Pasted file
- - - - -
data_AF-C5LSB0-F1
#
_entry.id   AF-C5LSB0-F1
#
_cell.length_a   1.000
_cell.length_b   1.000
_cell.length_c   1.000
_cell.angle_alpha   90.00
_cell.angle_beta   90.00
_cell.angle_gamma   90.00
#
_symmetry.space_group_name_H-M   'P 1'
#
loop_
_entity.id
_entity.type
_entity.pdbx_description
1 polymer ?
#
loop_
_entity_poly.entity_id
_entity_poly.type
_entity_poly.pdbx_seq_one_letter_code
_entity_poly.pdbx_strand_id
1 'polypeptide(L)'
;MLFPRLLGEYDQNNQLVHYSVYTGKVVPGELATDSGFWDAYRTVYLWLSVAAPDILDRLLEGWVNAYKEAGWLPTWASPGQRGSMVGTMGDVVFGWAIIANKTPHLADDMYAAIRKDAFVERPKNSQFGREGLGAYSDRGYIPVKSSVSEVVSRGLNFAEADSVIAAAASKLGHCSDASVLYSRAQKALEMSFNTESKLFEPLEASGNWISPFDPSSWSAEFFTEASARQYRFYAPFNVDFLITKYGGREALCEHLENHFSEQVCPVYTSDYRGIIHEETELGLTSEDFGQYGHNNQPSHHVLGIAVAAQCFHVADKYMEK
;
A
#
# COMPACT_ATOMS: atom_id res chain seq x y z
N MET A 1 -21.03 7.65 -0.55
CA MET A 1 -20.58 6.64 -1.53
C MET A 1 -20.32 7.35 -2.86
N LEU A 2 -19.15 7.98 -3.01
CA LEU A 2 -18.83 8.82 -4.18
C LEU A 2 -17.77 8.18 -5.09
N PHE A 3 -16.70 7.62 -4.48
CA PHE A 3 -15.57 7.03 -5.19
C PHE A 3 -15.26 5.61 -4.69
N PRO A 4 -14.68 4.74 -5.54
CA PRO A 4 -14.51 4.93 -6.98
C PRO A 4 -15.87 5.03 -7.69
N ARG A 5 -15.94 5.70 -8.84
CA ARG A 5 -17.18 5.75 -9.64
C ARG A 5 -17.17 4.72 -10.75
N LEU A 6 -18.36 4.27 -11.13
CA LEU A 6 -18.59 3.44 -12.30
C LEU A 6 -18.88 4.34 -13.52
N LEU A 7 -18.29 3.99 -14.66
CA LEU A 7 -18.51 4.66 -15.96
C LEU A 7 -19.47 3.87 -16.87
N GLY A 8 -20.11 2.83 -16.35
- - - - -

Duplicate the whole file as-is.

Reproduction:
data_AF-C5LSB0-F1
#
_entry.id   AF-C5LSB0-F1
#
_cell.length_a   1.000
_cell.length_b   1.000
_cell.length_c   1.000
_cell.angle_alpha   90.00
_cell.angle_beta   90.00
_cell.angle_gamma   90.00
#
_symmetry.space_group_name_H-M   'P 1'
#
loop_
_entity.id
_entity.type
_entity.pdbx_description
1 polymer ?
#
loop_
_entity_poly.entity_id
_entity_poly.type
_entity_poly.pdbx_seq_one_letter_code
_entity_poly.pdbx_strand_id
1 'polypeptide(L)'
;MLFPRLLGEYDQNNQLVHYSVYTGKVVPGELATDSGFWDAYRTVYLWLSVAAPDILDRLLEGWVNAYKEAGWLPTWASPGQRGSMVGTMGDVVFGWAIIANKTPHLADDMYAAIRKDAFVERPKNSQFGREGLGAYSDRGYIPVKSSVSEVVSRGLNFAEADSVIAAAASKLGHCSDASVLYSRAQKALEMSFNTESKLFEPLEASGNWISPFDPSSWSAEFFTEASARQYRFYAPFNVDFLITKYGGREALCEHLENHFSEQVCPVYTSDYRGIIHEETELGLTSEDFGQYGHNNQPSHHVLGIAVAAQCFHVADKYMEK
;
A
#
# COMPACT_ATOMS: atom_id res chain seq x y z
N MET A 1 -21.03 7.65 -0.55
CA MET A 1 -20.58 6.64 -1.53
C MET A 1 -20.32 7.35 -2.86
N LEU A 2 -19.15 7.98 -3.01
CA LEU A 2 -18.83 8.82 -4.18
C LEU A 2 -17.77 8.18 -5.09
N PHE A 3 -16.70 7.62 -4.48
CA PHE A 3 -15.57 7.03 -5.19
C PHE A 3 -15.26 5.61 -4.69
N PRO A 4 -14.68 4.74 -5.54
CA PRO A 4 -14.51 4.93 -6.98
C PRO A 4 -15.87 5.03 -7.69
N ARG A 5 -15.94 5.70 -8.84
CA ARG A 5 -17.18 5.75 -9.64
C ARG A 5 -17.17 4.72 -10.75
N LEU A 6 -18.36 4.27 -11.13
CA LEU A 6 -18.59 3.44 -12.30
C LEU A 6 -18.88 4.34 -13.52
N LEU A 7 -18.29 3.99 -14.66
CA LEU A 7 -18.51 4.66 -15.96
C LEU A 7 -19.47 3.87 -16.87
N GLY A 8 -20.11 2.83 -16.35